GUEST BLOGGER: Milenko Matanovic


Milenko Matanovic

Photo courtesy of Milenko Matanovic

Photo courtesy of Milenko Matanovic

Milenko is a community builder, artist and social innovator who has spent over three decades exploring the art of creative collaboration. He started the non-profit Pomegranate Center in 1986 after leaving a successful art career. His work has been exhibited internationally, including the 2017 Biennale of Venice.

As the founder of Pomegranate Center, he has worked with many neighborhoods around the country and abroad. Milenko has collaborated with numerous communities to build more than 60 gathering places. He helped develop community-owned plans for parks, town centers, streets, and trails, and trained hundreds of leaders in the Pomegranate Center method of community building. He teaches that, when it comes to society, together we always know more and that empowering communities is the most efficient, foundational way to improve society.

Milenko now writes (his newest book “The Case for Everyday Democracy” will be available in June 2019), trains and mentors new leaders, offers talks and consults with governments and non-profits on community, collaboration, and creative placemaking. Milenko has received numerous awards for his contributions.

All things deserve to be done well.

Whatever else art may mean to different people, at its core is the idea that human acts can be elegant in their expression, beautiful in form, resonant in relationship to people, materials, and community, and magical in their capacity to connect the part to the whole, whether that part is a brushstroke in a painting, a word in a poem, a piece of stone in a wall, a single note in a concert, a building in the city, a town in the landscape... Small, attentive steps combine to make an excellent whole.

In art, the process and end result are inseparable. Integrity in each step leads to good work.

Because it is simpler and less demanding to do this work in small doses rather than throughout our entire lives, we humans invented art to remind us how our lives should be. And soon afterwards, we started to forget that art is about everything and made it into something separate and special.

We pointed at something and called it art, and in that moment, without meaning to, we relegated the rest to not-art. What was originally meant to roam free, to be a part of everything, was now set apart.

Is it possible that when we accepted the notion of art’s exceptionality, we also unintentionally accepted that the world at large does not deserve our utmost care? Is this why we allow it to become polluted and ugly, violent and wasteful?

So, slowly, art has become a collective counterpoint to the madness of a modern world that glorifies planned obsolescence. The uglier our doings, the more we repent by putting up another art museum or pubic art project. (“Forgive me, Father, for I have sinned.” “Build a small museum and three public artworks. Do public art every year. Repeat the museum bit every twenty years. Your sins shall be forgiven.”) Museums will preserve valuable artifacts done with utmost care, but they will not replace what we destroy through our careless everyday activities.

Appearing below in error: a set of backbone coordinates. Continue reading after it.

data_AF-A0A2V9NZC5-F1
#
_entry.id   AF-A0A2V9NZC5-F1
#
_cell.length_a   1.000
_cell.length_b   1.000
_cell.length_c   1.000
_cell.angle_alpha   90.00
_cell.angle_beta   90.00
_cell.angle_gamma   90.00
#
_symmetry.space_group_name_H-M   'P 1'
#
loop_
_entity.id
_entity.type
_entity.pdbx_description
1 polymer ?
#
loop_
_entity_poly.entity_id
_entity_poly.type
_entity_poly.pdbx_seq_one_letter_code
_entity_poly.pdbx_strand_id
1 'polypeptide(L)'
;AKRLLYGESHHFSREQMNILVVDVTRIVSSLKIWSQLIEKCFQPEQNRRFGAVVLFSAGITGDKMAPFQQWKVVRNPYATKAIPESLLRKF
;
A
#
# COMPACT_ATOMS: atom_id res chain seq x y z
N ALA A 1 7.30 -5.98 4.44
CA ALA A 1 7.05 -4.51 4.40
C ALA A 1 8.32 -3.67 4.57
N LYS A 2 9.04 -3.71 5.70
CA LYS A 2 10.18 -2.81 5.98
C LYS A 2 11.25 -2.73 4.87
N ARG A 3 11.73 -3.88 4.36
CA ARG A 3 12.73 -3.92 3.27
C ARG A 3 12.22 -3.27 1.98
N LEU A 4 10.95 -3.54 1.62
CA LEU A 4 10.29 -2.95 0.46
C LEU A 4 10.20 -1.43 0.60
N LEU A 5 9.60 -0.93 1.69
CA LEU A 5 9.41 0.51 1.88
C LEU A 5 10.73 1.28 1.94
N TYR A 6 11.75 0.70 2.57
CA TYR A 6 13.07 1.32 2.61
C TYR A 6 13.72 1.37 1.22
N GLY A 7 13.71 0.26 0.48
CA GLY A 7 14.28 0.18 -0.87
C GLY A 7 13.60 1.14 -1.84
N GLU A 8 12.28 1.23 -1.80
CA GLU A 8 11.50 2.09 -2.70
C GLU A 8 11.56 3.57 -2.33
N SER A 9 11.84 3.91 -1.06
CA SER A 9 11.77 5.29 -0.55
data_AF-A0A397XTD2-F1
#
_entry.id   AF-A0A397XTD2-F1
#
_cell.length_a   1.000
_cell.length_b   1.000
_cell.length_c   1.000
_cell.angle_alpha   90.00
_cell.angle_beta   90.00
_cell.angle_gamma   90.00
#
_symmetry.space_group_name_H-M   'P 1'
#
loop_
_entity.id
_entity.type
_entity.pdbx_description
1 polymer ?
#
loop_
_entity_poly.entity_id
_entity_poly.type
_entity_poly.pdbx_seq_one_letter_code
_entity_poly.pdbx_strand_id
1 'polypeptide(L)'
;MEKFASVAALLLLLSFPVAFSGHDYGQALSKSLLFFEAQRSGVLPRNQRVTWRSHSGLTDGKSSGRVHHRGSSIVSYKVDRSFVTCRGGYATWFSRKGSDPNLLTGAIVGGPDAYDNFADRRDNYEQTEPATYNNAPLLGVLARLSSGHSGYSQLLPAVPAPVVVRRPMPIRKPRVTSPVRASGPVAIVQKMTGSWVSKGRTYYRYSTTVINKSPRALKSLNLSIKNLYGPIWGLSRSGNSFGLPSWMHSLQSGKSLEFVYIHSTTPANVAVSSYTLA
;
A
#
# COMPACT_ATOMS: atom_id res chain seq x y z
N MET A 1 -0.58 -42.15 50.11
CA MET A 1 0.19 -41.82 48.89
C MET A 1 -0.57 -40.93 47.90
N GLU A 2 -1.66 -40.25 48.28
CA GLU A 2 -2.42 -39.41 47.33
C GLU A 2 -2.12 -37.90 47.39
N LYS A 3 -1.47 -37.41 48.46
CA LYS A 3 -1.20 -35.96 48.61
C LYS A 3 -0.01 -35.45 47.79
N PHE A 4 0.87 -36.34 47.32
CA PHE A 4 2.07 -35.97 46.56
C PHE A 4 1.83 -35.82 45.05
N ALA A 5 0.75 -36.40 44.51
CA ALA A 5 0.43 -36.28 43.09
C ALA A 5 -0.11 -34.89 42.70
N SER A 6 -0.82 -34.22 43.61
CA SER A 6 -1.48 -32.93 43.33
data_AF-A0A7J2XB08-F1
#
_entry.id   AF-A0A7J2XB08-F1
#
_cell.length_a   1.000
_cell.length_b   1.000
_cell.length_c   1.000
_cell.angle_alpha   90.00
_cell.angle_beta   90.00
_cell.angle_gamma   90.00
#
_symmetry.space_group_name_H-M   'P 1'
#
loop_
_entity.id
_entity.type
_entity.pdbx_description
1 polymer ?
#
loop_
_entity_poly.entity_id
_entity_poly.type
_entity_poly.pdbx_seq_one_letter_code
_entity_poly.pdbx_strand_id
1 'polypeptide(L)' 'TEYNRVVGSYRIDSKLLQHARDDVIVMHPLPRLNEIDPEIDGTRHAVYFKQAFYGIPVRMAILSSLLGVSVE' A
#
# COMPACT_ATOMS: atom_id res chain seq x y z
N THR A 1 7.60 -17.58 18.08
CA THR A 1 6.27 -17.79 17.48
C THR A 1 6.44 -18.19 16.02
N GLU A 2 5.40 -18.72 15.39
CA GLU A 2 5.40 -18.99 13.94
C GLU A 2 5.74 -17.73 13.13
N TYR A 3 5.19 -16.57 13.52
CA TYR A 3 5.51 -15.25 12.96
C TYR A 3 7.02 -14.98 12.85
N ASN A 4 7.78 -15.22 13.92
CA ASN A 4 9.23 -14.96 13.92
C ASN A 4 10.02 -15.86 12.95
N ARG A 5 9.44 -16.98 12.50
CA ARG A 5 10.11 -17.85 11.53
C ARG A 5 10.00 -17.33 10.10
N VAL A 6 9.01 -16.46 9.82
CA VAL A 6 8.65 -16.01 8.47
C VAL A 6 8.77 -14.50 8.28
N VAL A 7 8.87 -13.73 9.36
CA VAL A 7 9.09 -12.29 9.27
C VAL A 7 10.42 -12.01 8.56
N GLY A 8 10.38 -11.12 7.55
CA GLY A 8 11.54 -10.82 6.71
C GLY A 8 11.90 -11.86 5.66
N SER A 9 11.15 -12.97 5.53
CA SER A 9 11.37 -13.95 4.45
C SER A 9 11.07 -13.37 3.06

High art will never – and shouldn’t – disappear. It must do its work to push boundaries, surf new waves, and teach us of new ways of being. We will rely on our most gifted poets and painters and musicians and film makers to open new awareness.

But high art can’t be the only art. In the future we must create communities and cities that are themselves works of art, rather than being satisfied with ugly, wasteful communities with token artworks to absolve us from the greater task of creating a truly vibrant and sustainable culture. In this future, artistic quality will be expected of everyone and deposited, with care, into more and more things until everything is art. Excellence will be everywhere.

If this vision is true, then there is a great new opportunity for artists: to loan their talent and expertise to planners and architects and merchants and politicians and environmentalists. Artists can serve the emergence of a new culture in a whole new way.

This was my journey. After a short career as an avant-garde artist in Slovenia (former Yugoslavia), I left the high-art world to see how my skills as an artist could benefit communities. I created a non-profit organization to push art into life and utilize creativity for societal problem solving. I’ve worked with local, state and federal agencies, developers and many non-profits and community groups.

This path is wide open to other artists. All we need to do is agree to serve and use our creative ego to continuously and courageously listen to people and nature, and explore good questions, like: how would an artist build a neighborhood? A street? A park? A school? A city? A building? A society? And then be ready to collaborate with others in making the world the recipient of our gifts.

What an exciting time to be an artist!

Photo courtesy of Milenko Matanovic

Photo courtesy of Milenko Matanovic

Alberta Gathering Place, Tuscaloosa, Alabama, 2012

Materials: debris from the devastation left behind from the 4.27.2011 tornado: fallen trees, salvaged metal, broken concrete sidewalks, shade banners.

Built in nine days with many volunteers guided by the Pomegranate Center team: architect/builder Duncan Chalmers, project leader Bree Dillon, volunteer coordinator Hannah Hidaka, and art director Milenko Matanovic.

This project was funded by the Tully brand of the Green Mountain Coffee Rosters in Vermont.

Photo courtesy of Milenko Matanovic

Photo courtesy of Milenko Matanovic